Thursday, October 8, 2009
The current Commonweal has my review essay on the recent book, Same-Sex Marriage and Religious Liberty (edited by Doug Laycock, Anthony Picarello, and Robin Wilson). It's a well-done book on an important issue. My review is accessible only to subscribers, but here's an excerpt:
Few same-sex-marriage advocates favor a diminishment of religious liberty for its own sake. The problem is rather that the institution of same-sex marriage will need to rely heavily on state power. As a legal institution, heterosexual marriage encounters relatively little resistance from the citizenry because it is grounded not just in legal norms, but in social, cultural, religious, and biological norms as well. Same-sex marriage still encounters significant resistance from the citizenry, in part because it conflicts with the traditional religious conception of marriage, but also because it lacks the broader social and cultural supports that heterosexual marriage has, even outside the religious context.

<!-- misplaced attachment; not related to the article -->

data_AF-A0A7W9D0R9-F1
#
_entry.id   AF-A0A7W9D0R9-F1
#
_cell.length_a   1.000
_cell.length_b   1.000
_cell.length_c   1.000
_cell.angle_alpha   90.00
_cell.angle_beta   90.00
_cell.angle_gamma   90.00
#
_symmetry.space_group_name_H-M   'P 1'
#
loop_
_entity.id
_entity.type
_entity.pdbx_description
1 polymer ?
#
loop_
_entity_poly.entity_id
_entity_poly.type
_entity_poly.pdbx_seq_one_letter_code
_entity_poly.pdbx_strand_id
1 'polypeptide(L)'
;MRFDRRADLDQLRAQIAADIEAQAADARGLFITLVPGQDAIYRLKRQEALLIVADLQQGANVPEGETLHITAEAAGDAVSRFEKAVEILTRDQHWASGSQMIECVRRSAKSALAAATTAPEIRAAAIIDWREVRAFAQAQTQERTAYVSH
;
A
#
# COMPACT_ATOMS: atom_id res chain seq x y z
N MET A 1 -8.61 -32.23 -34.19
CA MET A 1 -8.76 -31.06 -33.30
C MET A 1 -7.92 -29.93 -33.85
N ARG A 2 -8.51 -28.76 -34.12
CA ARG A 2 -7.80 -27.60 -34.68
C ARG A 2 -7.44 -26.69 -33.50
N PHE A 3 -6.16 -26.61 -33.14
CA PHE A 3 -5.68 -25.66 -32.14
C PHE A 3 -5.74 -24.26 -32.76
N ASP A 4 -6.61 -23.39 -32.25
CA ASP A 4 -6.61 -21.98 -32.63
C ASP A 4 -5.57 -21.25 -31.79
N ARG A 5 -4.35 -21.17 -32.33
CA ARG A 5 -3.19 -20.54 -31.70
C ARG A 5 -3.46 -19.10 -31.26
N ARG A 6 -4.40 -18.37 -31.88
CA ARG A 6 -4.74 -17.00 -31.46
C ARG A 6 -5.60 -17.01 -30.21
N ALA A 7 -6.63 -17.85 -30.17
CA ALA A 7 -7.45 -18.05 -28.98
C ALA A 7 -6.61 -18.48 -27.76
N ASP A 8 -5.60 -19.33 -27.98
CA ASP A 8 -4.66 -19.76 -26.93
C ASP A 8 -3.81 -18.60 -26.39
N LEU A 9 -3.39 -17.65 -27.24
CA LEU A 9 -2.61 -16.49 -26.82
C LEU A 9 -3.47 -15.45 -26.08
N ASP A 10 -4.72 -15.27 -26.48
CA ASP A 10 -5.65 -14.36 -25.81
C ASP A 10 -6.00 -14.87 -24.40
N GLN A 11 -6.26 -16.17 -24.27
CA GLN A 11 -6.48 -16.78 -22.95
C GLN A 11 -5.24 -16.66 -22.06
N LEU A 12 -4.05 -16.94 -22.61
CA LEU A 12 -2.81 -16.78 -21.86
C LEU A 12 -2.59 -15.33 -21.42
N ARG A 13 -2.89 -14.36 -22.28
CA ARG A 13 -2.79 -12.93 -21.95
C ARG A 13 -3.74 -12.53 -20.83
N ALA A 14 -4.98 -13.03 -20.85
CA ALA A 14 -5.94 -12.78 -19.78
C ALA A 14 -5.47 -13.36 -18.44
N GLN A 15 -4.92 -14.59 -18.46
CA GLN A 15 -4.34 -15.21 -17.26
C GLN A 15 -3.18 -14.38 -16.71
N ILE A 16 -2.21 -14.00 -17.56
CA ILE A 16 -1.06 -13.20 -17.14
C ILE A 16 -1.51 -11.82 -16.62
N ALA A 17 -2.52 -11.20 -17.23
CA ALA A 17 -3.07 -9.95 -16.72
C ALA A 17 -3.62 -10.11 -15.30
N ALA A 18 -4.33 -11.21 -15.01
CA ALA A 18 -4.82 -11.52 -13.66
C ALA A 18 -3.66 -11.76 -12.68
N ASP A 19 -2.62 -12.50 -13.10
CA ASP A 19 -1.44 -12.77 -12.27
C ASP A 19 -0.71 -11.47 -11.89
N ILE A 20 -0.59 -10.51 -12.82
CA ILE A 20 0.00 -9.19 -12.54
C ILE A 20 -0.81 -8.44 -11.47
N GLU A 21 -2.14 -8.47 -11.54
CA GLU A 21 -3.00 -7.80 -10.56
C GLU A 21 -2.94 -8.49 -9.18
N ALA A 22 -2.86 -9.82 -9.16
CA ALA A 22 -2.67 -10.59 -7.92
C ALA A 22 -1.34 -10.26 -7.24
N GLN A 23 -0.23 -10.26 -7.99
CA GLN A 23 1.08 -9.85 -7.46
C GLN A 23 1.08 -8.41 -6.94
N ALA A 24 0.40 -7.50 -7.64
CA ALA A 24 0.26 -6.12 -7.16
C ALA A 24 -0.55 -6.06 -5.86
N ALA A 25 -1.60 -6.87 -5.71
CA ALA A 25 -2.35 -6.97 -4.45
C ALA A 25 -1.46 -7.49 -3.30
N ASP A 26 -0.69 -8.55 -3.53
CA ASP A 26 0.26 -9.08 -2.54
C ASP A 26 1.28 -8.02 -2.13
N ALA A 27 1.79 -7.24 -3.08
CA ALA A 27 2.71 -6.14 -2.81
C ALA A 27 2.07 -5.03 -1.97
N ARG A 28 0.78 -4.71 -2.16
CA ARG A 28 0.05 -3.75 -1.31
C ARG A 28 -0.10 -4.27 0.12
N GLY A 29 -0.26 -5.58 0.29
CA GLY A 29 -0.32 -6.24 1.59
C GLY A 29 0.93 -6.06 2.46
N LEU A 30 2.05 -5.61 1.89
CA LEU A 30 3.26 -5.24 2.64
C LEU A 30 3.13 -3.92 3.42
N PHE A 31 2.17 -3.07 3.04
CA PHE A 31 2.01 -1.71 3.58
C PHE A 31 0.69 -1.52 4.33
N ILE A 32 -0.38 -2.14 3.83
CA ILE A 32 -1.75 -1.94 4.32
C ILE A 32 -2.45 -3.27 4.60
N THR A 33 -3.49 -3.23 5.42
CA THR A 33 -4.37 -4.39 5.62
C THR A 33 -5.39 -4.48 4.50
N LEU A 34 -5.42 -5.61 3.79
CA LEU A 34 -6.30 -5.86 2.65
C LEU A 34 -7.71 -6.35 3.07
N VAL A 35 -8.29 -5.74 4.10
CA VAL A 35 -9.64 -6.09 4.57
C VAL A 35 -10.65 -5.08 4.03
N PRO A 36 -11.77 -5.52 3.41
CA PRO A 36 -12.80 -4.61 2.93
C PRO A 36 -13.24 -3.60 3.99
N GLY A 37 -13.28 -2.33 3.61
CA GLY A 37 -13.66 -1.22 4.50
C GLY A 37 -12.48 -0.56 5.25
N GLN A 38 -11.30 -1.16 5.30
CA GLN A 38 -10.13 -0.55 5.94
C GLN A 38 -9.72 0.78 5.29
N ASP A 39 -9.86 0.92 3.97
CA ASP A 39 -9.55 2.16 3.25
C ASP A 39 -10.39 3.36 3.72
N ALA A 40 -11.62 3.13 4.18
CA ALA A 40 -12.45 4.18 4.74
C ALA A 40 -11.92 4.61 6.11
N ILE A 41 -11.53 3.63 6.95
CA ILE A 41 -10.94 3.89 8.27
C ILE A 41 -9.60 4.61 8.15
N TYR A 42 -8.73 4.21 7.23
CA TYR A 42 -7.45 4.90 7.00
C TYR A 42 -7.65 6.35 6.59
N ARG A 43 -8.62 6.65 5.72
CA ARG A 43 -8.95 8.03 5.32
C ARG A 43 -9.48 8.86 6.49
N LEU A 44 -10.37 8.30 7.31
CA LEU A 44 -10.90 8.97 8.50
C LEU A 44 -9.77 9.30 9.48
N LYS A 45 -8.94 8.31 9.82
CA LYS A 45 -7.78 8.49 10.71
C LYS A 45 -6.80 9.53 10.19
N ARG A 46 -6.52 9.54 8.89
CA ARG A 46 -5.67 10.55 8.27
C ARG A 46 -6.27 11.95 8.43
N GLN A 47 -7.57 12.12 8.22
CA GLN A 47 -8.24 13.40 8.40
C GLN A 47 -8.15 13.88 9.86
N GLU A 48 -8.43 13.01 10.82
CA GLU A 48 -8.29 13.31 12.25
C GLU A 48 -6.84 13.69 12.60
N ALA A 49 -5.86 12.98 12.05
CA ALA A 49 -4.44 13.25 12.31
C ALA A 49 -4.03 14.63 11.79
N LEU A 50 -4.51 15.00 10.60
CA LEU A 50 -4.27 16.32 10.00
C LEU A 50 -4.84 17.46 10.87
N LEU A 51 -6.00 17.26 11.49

It is not enough for society to respond to those who object to same-sex marriage simply by saying, “If you oppose same-sex marriage, don’t enter into one.” After all, those who object to same-sex marriage make up many of the associations that constitute civil society. Once the state has expanded the legal definition of marriage to include same-sex couples, the pressing task will be to determine how aggressively to enforce that definition.
And from the conclusion:
The institutions of civil society are not simply vehicles for the implementation of widely held norms; they are also bulwarks against the imposition of widely held norms. This does not mean that institutional freedom should be unfettered. It does mean that using state power to subvert the moral authority of these institutions comes at a significant social cost, no matter how noble the purpose. Eventually, proponents and opponents of same-sex marriage will need to have a conversation about their shared interest in a society that ensures room for dissent from majoritarian norms. Consider this book the conversation-starter.